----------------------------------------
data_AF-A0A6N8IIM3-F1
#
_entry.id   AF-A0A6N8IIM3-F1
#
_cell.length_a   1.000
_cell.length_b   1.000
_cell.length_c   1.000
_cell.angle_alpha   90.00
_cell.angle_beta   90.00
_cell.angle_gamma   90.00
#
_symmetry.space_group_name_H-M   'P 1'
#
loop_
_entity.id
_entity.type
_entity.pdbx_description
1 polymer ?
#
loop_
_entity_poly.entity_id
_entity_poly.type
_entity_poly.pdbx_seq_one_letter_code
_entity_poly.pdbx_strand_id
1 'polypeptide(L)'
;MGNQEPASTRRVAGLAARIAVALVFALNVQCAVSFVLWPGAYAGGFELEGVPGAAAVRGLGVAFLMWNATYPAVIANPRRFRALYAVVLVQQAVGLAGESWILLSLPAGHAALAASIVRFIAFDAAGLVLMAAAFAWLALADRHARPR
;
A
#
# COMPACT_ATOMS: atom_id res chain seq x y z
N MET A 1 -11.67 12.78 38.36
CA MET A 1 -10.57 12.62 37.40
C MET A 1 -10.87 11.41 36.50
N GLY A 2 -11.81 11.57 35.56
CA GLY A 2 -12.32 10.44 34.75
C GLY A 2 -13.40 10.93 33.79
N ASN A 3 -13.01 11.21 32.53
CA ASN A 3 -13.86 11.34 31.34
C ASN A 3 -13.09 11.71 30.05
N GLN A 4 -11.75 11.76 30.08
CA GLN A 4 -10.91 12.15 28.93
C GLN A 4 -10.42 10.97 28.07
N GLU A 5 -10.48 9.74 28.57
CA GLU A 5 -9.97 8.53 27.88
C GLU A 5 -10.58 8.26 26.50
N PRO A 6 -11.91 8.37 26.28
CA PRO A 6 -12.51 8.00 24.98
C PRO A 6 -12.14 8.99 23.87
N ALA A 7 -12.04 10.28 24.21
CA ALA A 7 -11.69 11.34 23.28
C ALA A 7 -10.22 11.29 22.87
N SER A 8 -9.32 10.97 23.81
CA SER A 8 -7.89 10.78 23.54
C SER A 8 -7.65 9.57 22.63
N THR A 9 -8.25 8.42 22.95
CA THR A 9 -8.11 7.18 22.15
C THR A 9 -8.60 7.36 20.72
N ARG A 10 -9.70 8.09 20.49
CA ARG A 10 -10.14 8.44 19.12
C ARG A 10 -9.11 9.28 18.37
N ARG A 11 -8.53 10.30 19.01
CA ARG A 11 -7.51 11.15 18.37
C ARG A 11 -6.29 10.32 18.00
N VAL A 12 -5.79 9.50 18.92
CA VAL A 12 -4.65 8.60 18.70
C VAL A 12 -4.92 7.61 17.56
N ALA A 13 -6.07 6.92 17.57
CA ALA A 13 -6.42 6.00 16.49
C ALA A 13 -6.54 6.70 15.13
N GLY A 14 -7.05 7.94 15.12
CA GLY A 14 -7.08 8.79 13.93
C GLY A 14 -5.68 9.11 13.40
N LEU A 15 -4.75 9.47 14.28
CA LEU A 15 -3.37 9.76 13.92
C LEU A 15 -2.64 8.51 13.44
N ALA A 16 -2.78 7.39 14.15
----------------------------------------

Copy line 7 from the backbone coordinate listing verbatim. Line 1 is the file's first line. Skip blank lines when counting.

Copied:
_cell.length_c   1.000